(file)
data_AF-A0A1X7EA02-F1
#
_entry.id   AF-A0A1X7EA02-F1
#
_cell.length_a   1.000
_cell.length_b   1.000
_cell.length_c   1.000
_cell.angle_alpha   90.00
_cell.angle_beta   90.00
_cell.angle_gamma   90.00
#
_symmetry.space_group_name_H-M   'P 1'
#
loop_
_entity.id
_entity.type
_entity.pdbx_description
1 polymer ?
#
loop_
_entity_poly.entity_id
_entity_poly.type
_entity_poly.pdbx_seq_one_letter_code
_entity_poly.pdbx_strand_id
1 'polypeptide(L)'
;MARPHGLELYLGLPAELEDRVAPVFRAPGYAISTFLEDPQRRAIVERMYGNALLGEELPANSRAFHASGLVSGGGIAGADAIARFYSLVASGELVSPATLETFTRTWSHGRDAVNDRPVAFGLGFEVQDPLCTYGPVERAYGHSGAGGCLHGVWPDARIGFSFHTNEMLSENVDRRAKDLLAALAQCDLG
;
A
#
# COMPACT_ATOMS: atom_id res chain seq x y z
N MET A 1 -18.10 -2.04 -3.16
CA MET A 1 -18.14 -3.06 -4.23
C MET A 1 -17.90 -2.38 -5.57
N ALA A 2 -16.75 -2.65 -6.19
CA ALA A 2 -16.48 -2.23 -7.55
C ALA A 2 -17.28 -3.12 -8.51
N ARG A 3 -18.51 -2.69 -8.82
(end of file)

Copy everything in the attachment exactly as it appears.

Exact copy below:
data_AF-A0A1X7EA02-F1
#
_entry.id   AF-A0A1X7EA02-F1
#
_cell.length_a   1.000
_cell.length_b   1.000
_cell.length_c   1.000
_cell.angle_alpha   90.00
_cell.angle_beta   90.00
_cell.angle_gamma   90.00
#
_symmetry.space_group_name_H-M   'P 1'
#
loop_
_entity.id
_entity.type
_entity.pdbx_description
1 polymer ?
#
loop_
_entity_poly.entity_id
_entity_poly.type
_entity_poly.pdbx_seq_one_letter_code
_entity_poly.pdbx_strand_id
1 'polypeptide(L)'
;MARPHGLELYLGLPAELEDRVAPVFRAPGYAISTFLEDPQRRAIVERMYGNALLGEELPANSRAFHASGLVSGGGIAGADAIARFYSLVASGELVSPATLETFTRTWSHGRDAVNDRPVAFGLGFEVQDPLCTYGPVERAYGHSGAGGCLHGVWPDARIGFSFHTNEMLSENVDRRAKDLLAALAQCDLG
;
A
#
# COMPACT_ATOMS: atom_id res chain seq x y z
N MET A 1 -18.10 -2.04 -3.16
CA MET A 1 -18.14 -3.06 -4.23
C MET A 1 -17.90 -2.38 -5.57
N ALA A 2 -16.75 -2.65 -6.19
CA ALA A 2 -16.48 -2.23 -7.55
C ALA A 2 -17.28 -3.12 -8.51
N ARG A 3 -18.51 -2.69 -8.82